convictions are given effect to the extent possible under
law. Bell v. Cone, 535 U.S. 685, 693-94 (2002). It
prohibits “using federal habeas corpus review as a
vehicle to second-guess the reasonable decisions of state
courts.” Parker v. Matthews, 132 S.Ct. 2148,
2149 (2012) (per curiam).
AEDPA standard is difficult to meet “because it was
meant to be.” Harrington v. Richter, 562 U.S.
86, 102 (2011). “Section 2254(d) reflects the that
habeas corpus is a guard against extreme malfunctions in the
state criminal justice systems, not a substitute for ordinary
error corrections through appeal.” Id. at
102-03 (citation and internal quotation omitted); see
Woods v. Donald, 135 S.Ct. 1372, 1376 (2015). Section
2254(d) states that an application for a writ of habeas
corpus on behalf of a person who is incarcerated pursuant to
a state conviction cannot be granted with respect to any
claim that was adjudicated on the merits in state court
unless the adjudication “(1) resulted in a decision
that was contrary to, or involved an unreasonable application
of, clearly established Federal law, as determined by the
Supreme Court of the United States; or (2) resulted in a
decision that was based upon an unreasonable determination of
the facts in light of the evidence presented in the State
court proceeding.” 28 U.S.C. § 2254(d); see
White v. Wheeler, 136 S.Ct. 456, 460 (2015); Davis
v. Ayala, 135 S.Ct. at 2198; White v. Woodall,
134 S.Ct. 1697, 1702 (2014).
only definitive source of clearly established federal law for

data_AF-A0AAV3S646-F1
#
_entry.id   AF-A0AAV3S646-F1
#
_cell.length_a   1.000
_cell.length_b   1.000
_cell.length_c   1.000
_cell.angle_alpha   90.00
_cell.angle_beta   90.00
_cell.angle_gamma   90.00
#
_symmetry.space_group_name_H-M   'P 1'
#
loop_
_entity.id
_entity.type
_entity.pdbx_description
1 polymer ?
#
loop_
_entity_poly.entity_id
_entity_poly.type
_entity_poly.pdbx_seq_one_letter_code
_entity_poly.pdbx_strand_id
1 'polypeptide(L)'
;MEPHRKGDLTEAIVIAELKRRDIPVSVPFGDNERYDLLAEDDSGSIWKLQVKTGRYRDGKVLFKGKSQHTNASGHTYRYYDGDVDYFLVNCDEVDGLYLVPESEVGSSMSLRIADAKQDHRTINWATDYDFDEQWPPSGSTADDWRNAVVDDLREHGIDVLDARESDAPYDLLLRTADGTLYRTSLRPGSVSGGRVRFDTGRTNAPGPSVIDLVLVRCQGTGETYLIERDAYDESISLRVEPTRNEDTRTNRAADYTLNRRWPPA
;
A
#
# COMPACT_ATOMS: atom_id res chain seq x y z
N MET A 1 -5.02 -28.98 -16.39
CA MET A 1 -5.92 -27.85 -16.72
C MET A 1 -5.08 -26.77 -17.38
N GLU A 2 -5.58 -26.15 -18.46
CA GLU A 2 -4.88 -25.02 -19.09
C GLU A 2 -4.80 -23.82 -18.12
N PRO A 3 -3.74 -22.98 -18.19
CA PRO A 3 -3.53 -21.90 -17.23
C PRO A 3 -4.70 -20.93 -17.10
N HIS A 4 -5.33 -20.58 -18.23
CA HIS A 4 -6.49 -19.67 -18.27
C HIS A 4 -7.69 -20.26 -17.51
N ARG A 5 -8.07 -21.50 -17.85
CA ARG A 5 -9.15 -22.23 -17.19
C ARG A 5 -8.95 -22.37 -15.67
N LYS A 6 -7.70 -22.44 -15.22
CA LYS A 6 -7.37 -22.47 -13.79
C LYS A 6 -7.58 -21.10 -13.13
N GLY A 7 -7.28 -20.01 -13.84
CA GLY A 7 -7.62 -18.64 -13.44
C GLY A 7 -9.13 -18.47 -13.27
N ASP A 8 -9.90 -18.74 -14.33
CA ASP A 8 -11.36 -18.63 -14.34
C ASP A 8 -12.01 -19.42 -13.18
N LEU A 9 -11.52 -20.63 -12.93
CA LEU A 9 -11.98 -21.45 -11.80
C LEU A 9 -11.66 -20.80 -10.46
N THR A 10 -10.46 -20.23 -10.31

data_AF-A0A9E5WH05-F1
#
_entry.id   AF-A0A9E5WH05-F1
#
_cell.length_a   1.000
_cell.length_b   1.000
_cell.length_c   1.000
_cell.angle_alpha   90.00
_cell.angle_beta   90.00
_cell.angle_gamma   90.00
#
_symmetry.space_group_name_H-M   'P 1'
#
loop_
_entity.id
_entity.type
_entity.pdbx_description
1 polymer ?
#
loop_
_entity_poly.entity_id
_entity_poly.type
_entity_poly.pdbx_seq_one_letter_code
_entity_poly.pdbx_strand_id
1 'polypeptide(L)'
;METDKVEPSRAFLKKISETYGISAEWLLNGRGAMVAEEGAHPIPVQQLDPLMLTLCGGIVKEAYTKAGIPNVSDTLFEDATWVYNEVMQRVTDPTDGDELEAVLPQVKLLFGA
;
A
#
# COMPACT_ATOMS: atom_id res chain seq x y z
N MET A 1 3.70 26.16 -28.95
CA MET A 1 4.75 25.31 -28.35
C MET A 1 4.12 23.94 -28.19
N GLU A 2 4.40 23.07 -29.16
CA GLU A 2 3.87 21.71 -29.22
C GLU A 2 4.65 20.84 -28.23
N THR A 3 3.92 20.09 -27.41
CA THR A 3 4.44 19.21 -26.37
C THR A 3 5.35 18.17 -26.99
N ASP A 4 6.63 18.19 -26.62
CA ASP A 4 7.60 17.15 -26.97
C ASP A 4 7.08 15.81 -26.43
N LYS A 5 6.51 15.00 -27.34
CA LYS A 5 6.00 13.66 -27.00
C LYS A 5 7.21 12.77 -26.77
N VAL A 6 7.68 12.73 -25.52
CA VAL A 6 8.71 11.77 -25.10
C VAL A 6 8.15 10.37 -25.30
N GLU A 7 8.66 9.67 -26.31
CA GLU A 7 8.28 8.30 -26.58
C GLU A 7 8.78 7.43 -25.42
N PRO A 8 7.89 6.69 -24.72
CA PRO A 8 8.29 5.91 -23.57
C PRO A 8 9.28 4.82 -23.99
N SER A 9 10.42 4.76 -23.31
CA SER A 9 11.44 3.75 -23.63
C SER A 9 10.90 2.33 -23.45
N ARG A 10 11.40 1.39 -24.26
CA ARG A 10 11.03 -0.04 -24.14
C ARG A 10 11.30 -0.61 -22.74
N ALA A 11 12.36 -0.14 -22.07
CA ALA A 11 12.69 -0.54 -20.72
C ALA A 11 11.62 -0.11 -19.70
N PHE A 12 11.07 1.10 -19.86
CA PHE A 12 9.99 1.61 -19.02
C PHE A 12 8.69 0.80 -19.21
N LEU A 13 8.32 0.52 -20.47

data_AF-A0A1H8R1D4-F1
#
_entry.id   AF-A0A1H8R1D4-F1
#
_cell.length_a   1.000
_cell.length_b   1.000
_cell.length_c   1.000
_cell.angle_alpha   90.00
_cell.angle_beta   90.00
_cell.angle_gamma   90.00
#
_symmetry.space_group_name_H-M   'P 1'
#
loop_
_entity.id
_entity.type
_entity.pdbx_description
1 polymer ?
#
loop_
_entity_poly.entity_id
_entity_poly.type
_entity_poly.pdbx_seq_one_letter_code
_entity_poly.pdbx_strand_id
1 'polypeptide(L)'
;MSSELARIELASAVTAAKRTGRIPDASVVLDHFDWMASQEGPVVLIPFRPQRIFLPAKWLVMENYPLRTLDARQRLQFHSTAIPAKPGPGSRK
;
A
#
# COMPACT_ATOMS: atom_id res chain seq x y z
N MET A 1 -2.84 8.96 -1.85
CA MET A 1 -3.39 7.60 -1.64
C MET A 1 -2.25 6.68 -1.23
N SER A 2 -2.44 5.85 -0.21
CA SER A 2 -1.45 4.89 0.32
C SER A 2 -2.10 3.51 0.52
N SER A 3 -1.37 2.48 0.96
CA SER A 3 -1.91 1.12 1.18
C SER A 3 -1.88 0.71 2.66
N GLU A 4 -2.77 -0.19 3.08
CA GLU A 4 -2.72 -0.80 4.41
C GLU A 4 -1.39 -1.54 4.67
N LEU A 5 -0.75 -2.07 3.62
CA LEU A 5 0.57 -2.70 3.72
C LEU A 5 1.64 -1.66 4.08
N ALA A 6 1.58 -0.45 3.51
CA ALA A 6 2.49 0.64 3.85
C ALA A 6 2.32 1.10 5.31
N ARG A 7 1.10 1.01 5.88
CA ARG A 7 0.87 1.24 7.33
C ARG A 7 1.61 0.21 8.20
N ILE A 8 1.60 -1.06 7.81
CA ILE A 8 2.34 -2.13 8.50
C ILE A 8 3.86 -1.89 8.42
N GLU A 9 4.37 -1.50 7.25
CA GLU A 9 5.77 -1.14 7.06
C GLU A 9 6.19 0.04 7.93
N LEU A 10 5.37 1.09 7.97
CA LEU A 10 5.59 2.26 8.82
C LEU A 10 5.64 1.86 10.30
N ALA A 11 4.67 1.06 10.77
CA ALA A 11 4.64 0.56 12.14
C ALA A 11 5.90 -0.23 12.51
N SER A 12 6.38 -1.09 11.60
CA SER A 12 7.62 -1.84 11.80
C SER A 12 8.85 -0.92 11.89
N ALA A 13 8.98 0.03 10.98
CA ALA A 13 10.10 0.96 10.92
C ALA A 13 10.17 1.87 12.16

purposes of § 2254(d)(1) is the holdings-not dicta-of
Supreme Court decisions. White v. Woodall, 134 S.Ct.
at 1702; see Woods v. Donald, 135 S.Ct. at 1377
(“Because none of our cases confront ‘the
specific question presented by this case, ' the state
court's decision could not be ‘contrary to' any
holding from this Court.”). “[W]here the precise
contours of a right remain unclear, state courts enjoy broad
discretion in their adjudication of a prisoner's
claims.” Id. (quotations and internal
unreasonable application of the Supreme Court's holding
must be “‘objectively unreasonable, ' not
merely wrong; even ‘clear error' will not
suffice.” White v. Woodall, 134 S.Ct. at 1702
(quoting Lockyer v. Andrade, 538 U.S. 63, 75-76
(2003)). Rather, “[a]s a condition for obtaining habeas
corpus from a federal court, a state prisoner must show that
the state court's ruling on the claim being presented in
federal court was so lacking in justification that there was
an error well understood and comprehended in existing law
beyond any possibility for fairminded disagreement.”
White v. Woodall, 134 S.Ct. at 1702 (quoting
Harrington v. Richter, 562 U.S. at 103).
“[C]ircuit precedent does not constitute ‘clearly
established Federal law, as determined by the Supreme Court,
' ” and “[i]t therefore cannot form the basis
for habeas relief under AEDPA.” Hill v.
Curtin, 792 F.3d 670, 677 (6th Cir. 2015) (quoting
Parker v. Matthews, 132 S.Ct. at 2155); see
Glebe v. Frost, 135 S.Ct. 429, 431 (2014) (per
curiam) (“As we have repeatedly emphasized, 
circuit precedent does not constitute ‘clearly
established Federal law, as determined by the Supreme
state-court factual determination is not unreasonable merely
because the federal habeas court would have reached a
different conclusion in the first instance.” Wood
v. Allen, 558 U.S. 290, 301 (2010). Section 2254 (d)(2)
requires that this Court accord the state trial court
substantial deference. If reasonable minds reviewing the
record might disagree about the finding in question, on
habeas review that does not suffice to supersede the trial
court's determination. Brumfield v. Cain, 135
S.Ct. 2269, 2277 (2015); Burt v. Titlow, 134 S.Ct.
10, 15 (2013).